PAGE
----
Bill Stockton was many things: artist, sheep rancher, soldier, sign painter, performer, storyteller, husband, father, grandfather, and dyed-in-the-wool Modernist.
Despite long hours spent ranching, Stockton profoundly influenced the arts in Montana, along with a handful of his friends such as Isabelle Johnson and Bob and Gennie DeWeese. Like Jackson Pollock, one of his artistic heroes, his early paintings combine abstraction with the colors and patterns of the Western landscape. The canvases stress the flatness of the surface and the truth of the edge. They are objects shorn of illusion.
Stockton’s passion for modernism and his need to create extended far beyond painting. He remodeled the Sears catalog house on his family homestead, turning it into a flat-roofed modern dwelling and decorating the newly sunken living room with sleek modern furniture built from broken rake teeth and twine. He learned to felt the wool he raised into swirling abstractions. He fashioned excruciatingly expressive sculpture out of broken equipment, drawing with weld as if it were crayon. He was a prolific artist in winter, during the window between haying and lambing. This was his time to draw and paint, using livestock markers to remember briers and drifting snow, and the quality of light on cold mornings.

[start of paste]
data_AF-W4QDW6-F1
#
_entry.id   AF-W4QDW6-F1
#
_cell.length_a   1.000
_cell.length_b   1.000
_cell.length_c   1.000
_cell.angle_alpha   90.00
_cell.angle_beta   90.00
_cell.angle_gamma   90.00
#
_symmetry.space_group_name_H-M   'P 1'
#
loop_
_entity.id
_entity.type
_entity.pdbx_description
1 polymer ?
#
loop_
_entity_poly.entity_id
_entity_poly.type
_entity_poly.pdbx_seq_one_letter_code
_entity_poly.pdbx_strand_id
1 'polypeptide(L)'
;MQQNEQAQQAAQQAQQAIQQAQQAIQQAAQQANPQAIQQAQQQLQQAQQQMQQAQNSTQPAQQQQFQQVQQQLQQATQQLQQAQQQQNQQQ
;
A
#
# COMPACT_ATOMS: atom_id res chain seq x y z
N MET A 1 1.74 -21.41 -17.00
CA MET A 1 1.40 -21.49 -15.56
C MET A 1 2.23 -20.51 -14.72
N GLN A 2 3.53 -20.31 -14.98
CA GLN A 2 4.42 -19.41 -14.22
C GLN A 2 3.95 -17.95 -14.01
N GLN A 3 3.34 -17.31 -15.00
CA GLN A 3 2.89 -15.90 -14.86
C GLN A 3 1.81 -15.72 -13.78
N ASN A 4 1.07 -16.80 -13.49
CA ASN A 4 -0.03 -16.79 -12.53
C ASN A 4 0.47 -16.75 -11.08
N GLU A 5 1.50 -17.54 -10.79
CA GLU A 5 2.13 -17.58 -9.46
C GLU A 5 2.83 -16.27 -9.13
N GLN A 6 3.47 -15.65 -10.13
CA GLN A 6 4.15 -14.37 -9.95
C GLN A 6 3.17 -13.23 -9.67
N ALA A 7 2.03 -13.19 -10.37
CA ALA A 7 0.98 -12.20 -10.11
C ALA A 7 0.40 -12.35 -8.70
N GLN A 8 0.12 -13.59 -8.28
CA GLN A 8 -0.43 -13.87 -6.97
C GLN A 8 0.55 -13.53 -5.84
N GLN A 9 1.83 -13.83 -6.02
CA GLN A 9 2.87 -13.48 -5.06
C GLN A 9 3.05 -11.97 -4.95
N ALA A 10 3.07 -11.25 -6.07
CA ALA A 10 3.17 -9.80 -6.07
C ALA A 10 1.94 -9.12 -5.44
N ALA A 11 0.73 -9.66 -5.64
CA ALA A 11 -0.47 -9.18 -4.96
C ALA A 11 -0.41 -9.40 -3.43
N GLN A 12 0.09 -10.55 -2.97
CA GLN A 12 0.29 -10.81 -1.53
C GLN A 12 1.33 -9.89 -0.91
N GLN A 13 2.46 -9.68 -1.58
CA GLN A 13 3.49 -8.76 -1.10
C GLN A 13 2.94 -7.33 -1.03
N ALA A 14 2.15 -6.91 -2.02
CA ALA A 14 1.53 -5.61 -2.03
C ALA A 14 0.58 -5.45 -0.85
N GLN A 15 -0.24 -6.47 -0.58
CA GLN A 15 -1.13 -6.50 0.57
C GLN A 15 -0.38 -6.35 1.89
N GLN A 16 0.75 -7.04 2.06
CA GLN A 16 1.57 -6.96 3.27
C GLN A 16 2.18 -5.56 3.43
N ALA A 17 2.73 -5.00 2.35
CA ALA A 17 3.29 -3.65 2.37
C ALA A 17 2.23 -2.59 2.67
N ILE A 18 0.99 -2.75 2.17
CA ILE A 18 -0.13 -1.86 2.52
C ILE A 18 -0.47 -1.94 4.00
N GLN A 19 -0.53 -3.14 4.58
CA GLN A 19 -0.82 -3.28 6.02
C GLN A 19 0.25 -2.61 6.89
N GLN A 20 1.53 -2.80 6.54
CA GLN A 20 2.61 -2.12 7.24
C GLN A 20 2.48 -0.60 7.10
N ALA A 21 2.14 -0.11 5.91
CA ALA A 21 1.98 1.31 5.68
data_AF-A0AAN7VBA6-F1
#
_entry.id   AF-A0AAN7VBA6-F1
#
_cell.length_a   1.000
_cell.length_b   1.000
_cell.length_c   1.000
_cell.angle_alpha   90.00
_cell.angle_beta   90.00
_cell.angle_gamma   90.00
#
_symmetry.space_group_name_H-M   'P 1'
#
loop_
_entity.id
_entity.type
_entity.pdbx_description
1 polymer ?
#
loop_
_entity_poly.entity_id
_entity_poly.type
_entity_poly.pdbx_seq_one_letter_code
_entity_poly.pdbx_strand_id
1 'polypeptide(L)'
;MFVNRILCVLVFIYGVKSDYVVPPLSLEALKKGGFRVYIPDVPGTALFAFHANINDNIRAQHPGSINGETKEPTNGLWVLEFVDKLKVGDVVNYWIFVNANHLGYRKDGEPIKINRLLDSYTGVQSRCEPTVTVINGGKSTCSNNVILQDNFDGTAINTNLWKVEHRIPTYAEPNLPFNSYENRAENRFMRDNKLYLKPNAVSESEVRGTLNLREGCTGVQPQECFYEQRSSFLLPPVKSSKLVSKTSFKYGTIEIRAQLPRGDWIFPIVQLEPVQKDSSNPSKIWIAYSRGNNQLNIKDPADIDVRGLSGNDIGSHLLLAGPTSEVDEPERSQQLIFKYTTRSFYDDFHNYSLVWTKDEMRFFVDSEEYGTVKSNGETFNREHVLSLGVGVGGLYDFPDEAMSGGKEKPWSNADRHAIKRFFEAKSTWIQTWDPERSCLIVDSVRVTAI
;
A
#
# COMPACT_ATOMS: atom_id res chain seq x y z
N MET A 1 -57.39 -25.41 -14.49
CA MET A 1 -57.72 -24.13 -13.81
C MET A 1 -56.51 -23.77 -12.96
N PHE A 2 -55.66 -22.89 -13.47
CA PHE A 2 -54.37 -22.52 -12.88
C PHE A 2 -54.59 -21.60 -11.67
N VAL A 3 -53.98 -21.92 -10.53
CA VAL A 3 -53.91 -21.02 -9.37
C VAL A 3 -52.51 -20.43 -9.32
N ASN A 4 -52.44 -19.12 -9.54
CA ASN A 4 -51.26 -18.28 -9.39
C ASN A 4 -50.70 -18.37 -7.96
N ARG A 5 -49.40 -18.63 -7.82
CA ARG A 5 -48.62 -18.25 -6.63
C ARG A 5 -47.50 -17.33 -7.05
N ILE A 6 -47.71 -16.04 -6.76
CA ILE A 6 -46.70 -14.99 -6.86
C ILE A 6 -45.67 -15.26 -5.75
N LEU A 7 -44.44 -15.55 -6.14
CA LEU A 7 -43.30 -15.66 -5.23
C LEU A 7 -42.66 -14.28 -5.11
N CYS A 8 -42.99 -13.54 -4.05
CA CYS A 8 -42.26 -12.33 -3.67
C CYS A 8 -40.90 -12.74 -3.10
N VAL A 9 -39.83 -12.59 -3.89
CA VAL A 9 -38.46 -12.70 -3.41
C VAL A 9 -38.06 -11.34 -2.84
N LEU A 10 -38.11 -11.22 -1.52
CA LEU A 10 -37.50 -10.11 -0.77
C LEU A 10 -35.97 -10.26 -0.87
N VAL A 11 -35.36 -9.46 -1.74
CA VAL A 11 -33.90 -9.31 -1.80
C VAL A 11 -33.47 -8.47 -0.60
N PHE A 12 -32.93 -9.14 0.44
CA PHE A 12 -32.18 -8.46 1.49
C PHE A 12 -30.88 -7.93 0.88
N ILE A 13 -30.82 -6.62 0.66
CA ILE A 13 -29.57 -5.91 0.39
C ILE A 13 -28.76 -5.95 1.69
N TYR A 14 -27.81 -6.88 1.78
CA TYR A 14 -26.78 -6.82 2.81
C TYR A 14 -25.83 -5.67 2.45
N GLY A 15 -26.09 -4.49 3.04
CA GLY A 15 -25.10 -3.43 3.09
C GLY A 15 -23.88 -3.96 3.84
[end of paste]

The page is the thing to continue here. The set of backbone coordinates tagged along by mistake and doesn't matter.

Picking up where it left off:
Stockton’s father died before he was born, and his mother struggled to raise him and his sisters on a meager income, while sustaining the family homestead. World War II introduced a larger world, first taking him to France, and then enabling him to study on the GI Bill. Toward the end of the war he was assigned to a hospital on the outskirts of Paris, where he was assigned to painting signs. There, he met his bride, Elvia and learned how to handle brushes from local painters. After returning to the US, Stockton studied at the Minneapolis School of Art in Minnesota and the École de la Chaumière in Paris, France. Finally, he succumbed to a combination of pressure from his mother and bad luck with galleries and sales. He and Elvia came home to the tiny community of Grass Range, where they raised two boys and countless sheep.
This exhibition draws predominantly from the museum’s collection of 93 objects, most of which were purchased for YAM through the generous contributions of Miriam Sample. Loans from family, collectors, and other Montana institutions bring some of his powerful sculptures to light and add depth to the museum’s holdings. This represents the most extensive exhibition of Stockton’s work, and his first exhibition at YAM since a memorial exhibition in 2003, one year after the artist’s death.
This exhibition is the sixth in Yellowstone Art Museum’s Montana Masters Series, initiated in 2015 to spotlight some of the most influential artists in the region.
Title Sponsors: Theodore Waddell & Lynn Campion
Lead Sponsors: Deborah Anspach & Dr. John Hanson, Charles M. Bair Family Trust, John W. & Carol L.H. Green, Anonymous.
Supporting Sponsors: Donna M. Forbes, Gareld & Barbara Krieg, Gordon McConnell & Betty Loos, Jon Lodge & Jane Deschner
Opening Reception Sponsors: Ted & Bess Lovec, Sharon L. & Garde Peterson
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Exhibition Sponsorship: firstname.lastname@example.org or 406-256-6804 x226